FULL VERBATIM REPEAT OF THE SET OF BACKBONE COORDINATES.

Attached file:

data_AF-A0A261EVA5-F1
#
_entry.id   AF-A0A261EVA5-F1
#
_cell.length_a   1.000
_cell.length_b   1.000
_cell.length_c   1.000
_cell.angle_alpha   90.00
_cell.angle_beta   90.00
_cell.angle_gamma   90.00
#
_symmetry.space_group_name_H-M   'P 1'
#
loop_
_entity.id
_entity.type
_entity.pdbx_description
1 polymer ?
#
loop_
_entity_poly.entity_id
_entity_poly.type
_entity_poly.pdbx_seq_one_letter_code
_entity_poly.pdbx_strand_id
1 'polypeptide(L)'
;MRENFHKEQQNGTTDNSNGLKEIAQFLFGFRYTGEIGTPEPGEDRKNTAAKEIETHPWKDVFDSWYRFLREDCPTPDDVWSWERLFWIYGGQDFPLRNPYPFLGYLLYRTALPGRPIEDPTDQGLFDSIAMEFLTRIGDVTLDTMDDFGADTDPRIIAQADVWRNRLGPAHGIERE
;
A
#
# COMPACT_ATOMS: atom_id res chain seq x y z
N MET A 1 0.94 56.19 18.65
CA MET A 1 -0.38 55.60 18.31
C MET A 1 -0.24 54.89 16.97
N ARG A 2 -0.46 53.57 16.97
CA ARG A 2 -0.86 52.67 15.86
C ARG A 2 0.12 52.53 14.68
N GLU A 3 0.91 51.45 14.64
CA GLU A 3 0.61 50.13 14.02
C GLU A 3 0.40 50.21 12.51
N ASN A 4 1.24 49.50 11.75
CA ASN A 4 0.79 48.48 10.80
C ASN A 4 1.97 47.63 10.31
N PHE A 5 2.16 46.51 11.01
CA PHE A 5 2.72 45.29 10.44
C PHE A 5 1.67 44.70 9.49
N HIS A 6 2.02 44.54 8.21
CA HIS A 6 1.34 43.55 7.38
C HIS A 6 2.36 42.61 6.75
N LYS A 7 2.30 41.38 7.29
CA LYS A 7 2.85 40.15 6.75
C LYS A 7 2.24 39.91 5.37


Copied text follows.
data_AF-A0A261EVA5-F1
#
_entry.id   AF-A0A261EVA5-F1
#
_cell.length_a   1.000
_cell.length_b   1.000
_cell.length_c   1.000
_cell.angle_alpha   90.00
_cell.angle_beta   90.00
_cell.angle_gamma   90.00
#
_symmetry.space_group_name_H-M   'P 1'
#
loop_
_entity.id
_entity.type
_entity.pdbx_description
1 polymer ?
#
loop_
_entity_poly.entity_id
_entity_poly.type
_entity_poly.pdbx_seq_one_letter_code
_entity_poly.pdbx_strand_id
1 'polypeptide(L)'
;MRENFHKEQQNGTTDNSNGLKEIAQFLFGFRYTGEIGTPEPGEDRKNTAAKEIETHPWKDVFDSWYRFLREDCPTPDDVWSWERLFWIYGGQDFPLRNPYPFLGYLLYRTALPGRPIEDPTDQGLFDSIAMEFLTRIGDVTLDTMDDFGADTDPRIIAQADVWRNRLGPAHGIERE
;
A
#
# COMPACT_ATOMS: atom_id res chain seq x y z
N MET A 1 0.94 56.19 18.65
CA MET A 1 -0.38 55.60 18.31
C MET A 1 -0.24 54.89 16.97
N ARG A 2 -0.46 53.57 16.97
CA ARG A 2 -0.86 52.67 15.86
C ARG A 2 0.12 52.53 14.68
N GLU A 3 0.91 51.45 14.64
CA GLU A 3 0.61 50.13 14.02
C GLU A 3 0.40 50.21 12.51
N ASN A 4 1.24 49.50 11.75
CA ASN A 4 0.79 48.48 10.80
C ASN A 4 1.97 47.63 10.31
N PHE A 5 2.16 46.51 11.01
CA PHE A 5 2.72 45.29 10.44
C PHE A 5 1.67 44.70 9.49
N HIS A 6 2.02 44.54 8.21
CA HIS A 6 1.34 43.55 7.38
C HIS A 6 2.36 42.61 6.75
N LYS A 7 2.30 41.38 7.29
CA LYS A 7 2.85 40.15 6.75
C LYS A 7 2.24 39.91 5.37